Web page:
Richard Cronier, president of the BCSF, and Donegal Wilson, executive director, meet with Todd Doherty, who is MP for the riding of Cariboo Prince George. photo courtesy Crystal Durnin

Being a part of the BCSF gives us support nationally through the Canadian Council of Snowmobile Organizations. The CCSO is a volunteer-led, not-for-profit national organization which, through strong leadership, provides support to our members and provides the unified voice of organized snowmobiling at the national and international levels. The CCSO envisions that across Canada, organized snowmobile trail networks and riding areas provide a lasting legacy of responsible riding experiences that are highly valued, safe, enjoyable, sustainable and environmentally friendly. 

Is your club a BCSF club or independent? There are some independent clubs in B.C. that are operating separate from the BCSF. Some are successful and some are simply getting by as a social club with members just wanting to enjoy the sport. Either way, many are unaware of the fact that these clubs are not a part of the federation and assume that they are supporting the sport when purchasing a membership, rather than supporting an independent club.

While it’s great to support snowmobile clubs, making your dollars count by supporting provincially recognized BCSF clubs not only helps the sport, but helps you as well!

Where does the money go?

Each club within the federation remits $36, plus tax, to the BCSF for every primary membership and $15, plus tax, for every child and senior membership collected. These dollars support the initiatives discussed previously and only have to be paid by the member once per season. This means a member can join a multitude of BCSF clubs at a discounted rate as they have already paid the BCSF portion personally. Insurance rates are also cheaper when you are a member of BCSF clubs and many clubs have organized purchase discounts from local stores, allowing them to save even more money.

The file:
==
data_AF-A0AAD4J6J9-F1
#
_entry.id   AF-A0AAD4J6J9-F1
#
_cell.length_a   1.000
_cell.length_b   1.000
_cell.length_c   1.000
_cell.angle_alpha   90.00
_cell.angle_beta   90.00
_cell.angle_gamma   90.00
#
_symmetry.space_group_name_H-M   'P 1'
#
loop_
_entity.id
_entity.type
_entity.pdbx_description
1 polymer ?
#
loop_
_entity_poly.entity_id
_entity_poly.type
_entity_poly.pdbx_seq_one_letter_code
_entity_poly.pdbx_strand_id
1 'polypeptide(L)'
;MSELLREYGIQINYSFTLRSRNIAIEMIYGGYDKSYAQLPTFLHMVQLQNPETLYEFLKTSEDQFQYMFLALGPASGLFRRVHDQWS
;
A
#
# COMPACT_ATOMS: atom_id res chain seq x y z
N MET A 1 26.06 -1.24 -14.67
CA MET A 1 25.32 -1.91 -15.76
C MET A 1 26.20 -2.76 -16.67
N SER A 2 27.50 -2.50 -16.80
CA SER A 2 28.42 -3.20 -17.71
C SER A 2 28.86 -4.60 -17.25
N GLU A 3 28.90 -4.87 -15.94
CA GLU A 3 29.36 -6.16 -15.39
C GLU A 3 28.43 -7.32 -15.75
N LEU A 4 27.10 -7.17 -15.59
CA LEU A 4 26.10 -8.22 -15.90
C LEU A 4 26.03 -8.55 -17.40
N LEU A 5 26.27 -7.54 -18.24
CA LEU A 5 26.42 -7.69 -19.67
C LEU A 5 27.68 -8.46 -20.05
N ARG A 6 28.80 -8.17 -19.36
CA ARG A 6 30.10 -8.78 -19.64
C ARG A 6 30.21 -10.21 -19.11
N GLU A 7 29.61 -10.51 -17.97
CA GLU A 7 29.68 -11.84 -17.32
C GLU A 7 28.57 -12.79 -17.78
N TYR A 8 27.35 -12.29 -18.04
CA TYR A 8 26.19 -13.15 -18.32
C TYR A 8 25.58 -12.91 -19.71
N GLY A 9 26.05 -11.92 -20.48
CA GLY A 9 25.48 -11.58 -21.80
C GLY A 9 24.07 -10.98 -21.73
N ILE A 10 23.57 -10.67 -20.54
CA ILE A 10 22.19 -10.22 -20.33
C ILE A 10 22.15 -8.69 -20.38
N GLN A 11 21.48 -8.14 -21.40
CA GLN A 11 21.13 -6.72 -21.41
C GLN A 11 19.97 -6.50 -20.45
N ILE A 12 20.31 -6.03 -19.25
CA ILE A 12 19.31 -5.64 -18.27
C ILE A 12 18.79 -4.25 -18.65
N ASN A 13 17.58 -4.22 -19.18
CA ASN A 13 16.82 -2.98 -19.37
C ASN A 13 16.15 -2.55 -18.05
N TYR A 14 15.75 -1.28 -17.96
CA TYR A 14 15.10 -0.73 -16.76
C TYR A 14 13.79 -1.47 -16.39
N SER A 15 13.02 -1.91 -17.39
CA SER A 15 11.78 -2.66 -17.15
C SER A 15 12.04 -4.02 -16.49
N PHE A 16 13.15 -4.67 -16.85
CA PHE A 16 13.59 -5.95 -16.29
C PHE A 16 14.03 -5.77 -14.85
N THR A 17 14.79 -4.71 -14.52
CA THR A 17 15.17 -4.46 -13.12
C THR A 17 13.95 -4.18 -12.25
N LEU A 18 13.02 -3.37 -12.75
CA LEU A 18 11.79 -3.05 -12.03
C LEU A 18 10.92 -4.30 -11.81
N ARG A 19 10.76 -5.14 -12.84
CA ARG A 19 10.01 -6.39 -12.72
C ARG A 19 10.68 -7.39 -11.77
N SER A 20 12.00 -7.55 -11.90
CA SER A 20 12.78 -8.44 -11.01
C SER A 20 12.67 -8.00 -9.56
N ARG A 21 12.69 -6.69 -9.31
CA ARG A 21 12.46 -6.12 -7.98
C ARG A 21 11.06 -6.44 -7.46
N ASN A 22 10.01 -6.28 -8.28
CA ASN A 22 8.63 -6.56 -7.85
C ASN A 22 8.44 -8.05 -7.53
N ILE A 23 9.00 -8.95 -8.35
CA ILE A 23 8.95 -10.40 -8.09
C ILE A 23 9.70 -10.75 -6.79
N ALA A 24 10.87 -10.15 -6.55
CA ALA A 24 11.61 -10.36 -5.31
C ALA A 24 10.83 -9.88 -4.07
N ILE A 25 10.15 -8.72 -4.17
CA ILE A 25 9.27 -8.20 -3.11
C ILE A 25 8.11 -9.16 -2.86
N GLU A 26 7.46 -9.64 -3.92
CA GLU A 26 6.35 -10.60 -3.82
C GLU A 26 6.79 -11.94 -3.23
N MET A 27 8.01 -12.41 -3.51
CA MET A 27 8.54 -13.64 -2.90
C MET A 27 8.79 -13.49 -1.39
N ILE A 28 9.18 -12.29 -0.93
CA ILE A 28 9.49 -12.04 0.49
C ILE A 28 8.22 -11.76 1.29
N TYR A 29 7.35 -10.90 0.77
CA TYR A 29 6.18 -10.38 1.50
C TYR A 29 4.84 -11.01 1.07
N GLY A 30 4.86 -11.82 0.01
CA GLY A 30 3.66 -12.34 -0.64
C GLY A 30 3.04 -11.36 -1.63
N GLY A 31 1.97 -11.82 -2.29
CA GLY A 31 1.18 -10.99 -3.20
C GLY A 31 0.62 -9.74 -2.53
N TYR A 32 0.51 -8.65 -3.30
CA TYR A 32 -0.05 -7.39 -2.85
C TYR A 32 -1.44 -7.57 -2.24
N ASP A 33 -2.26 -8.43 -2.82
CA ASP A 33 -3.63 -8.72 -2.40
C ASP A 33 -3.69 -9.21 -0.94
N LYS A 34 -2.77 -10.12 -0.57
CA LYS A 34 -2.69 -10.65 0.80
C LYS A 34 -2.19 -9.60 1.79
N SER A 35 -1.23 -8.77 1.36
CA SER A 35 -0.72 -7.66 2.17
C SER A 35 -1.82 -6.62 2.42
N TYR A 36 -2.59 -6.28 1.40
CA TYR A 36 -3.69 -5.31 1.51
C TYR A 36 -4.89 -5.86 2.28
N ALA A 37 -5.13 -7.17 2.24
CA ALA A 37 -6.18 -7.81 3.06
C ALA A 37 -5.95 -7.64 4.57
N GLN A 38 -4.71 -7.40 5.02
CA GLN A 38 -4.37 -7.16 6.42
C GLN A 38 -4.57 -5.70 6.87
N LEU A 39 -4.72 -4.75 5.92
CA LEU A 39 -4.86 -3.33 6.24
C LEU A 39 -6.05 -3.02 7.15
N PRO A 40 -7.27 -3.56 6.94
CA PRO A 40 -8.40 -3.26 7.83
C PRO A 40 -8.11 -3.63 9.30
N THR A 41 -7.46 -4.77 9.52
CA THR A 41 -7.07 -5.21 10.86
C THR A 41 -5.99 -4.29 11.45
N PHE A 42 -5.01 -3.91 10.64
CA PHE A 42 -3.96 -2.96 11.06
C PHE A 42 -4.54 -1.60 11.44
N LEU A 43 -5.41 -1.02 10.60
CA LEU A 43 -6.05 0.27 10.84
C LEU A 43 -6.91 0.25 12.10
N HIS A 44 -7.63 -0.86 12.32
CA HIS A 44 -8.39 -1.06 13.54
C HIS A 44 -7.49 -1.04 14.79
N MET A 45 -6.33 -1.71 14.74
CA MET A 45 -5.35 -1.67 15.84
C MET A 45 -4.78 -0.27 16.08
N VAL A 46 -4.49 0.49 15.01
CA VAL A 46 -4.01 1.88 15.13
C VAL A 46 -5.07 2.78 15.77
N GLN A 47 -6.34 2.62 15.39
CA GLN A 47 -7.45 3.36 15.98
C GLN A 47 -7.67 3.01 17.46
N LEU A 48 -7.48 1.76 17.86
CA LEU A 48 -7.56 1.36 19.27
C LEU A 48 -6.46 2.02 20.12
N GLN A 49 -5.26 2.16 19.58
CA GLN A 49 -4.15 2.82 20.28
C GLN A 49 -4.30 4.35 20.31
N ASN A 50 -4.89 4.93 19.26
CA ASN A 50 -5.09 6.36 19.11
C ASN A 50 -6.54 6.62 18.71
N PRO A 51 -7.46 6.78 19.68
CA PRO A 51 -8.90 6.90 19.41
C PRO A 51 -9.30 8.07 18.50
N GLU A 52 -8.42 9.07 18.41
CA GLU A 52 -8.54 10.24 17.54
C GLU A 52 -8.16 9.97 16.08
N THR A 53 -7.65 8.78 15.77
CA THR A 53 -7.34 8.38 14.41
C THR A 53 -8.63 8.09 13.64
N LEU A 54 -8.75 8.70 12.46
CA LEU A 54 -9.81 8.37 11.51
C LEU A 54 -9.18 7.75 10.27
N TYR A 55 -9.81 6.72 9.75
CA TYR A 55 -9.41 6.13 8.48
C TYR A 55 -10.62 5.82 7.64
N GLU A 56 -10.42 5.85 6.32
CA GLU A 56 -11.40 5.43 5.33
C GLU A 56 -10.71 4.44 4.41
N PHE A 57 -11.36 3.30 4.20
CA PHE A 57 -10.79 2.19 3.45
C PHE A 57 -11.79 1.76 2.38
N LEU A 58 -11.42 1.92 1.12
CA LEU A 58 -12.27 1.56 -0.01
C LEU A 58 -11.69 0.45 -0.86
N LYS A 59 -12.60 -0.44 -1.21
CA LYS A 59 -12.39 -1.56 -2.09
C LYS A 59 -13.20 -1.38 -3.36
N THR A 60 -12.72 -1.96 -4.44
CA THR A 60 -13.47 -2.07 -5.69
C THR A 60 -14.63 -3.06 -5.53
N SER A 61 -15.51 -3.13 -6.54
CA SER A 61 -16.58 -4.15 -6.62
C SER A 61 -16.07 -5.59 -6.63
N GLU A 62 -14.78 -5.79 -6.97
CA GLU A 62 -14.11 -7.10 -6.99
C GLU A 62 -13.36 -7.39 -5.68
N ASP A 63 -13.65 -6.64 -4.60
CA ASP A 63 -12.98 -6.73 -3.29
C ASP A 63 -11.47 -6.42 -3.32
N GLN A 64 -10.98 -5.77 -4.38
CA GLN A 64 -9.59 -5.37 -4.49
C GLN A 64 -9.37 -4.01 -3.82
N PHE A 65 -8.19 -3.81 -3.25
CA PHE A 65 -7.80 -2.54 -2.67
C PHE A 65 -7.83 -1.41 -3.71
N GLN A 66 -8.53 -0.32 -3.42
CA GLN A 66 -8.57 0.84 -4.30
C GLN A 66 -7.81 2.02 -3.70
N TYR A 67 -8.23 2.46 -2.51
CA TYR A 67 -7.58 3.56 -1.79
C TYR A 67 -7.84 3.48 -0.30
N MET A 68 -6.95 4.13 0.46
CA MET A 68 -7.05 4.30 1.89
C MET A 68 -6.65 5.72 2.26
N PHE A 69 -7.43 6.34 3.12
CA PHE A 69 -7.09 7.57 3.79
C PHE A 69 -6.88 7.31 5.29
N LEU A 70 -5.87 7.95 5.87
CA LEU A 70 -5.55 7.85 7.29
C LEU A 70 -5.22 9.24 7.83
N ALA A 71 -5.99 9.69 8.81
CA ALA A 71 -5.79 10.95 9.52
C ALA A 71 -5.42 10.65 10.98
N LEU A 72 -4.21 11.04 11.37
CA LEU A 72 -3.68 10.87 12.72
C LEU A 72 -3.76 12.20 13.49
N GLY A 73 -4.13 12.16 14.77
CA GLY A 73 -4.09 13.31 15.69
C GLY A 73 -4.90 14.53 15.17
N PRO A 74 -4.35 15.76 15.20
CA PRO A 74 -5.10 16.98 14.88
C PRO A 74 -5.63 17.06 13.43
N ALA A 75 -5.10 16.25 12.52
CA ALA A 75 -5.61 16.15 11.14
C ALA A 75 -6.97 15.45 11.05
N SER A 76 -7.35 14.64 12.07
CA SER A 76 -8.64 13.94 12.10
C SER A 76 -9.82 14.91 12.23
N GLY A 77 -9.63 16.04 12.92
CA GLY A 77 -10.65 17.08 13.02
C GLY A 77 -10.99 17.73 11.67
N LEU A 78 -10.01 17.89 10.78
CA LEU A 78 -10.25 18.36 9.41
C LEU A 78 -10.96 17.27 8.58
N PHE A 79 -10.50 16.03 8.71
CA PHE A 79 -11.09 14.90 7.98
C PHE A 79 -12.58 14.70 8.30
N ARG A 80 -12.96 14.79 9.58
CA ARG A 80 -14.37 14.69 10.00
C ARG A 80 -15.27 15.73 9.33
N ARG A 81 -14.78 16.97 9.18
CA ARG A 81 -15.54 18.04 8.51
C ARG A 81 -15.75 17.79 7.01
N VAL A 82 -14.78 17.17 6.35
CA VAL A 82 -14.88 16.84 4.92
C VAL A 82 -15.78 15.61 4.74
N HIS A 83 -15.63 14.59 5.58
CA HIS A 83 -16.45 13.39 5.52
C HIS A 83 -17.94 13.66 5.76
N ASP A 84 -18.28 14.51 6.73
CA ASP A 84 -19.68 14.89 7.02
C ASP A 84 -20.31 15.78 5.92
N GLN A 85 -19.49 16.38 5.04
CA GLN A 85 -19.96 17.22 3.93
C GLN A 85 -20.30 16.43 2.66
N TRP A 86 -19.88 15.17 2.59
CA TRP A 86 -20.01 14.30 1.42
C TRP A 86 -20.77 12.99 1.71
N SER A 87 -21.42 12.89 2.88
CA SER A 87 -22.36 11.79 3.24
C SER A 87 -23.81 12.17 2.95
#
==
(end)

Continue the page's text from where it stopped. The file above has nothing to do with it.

The fun factor is huge within BCSF clubs, which organize activities throughout the season, including poker runs, hillclimb races and Family Day activities. You have the privilege of using warming cabins, maintained trail systems and cleared staging areas. You also get to enjoy safety outreach classes and many fundraising events, such as Snowarama—which donates money to the Easter Seals foundation. You are a part of something awesome when you are a member of the BCSF, for it is about the big picture.

Our voice is being heard

It is a new day for snowmobilers in B.C. We are finally getting organized and more powerful. We know we provide a huge economic stimulus to many parts of B.C. through winter tourism. We know we are working hard to be advocates for our sport and examples for the next generation of up and coming youth riders. We know that we are making strides in land use issues, no longer allowing ourselves to be a convenient scapegoat.

“We.” That is the important word and mentality that the sport of snowmobiling needs. Working alone, we are weak. Working together, we are strong. We can do this.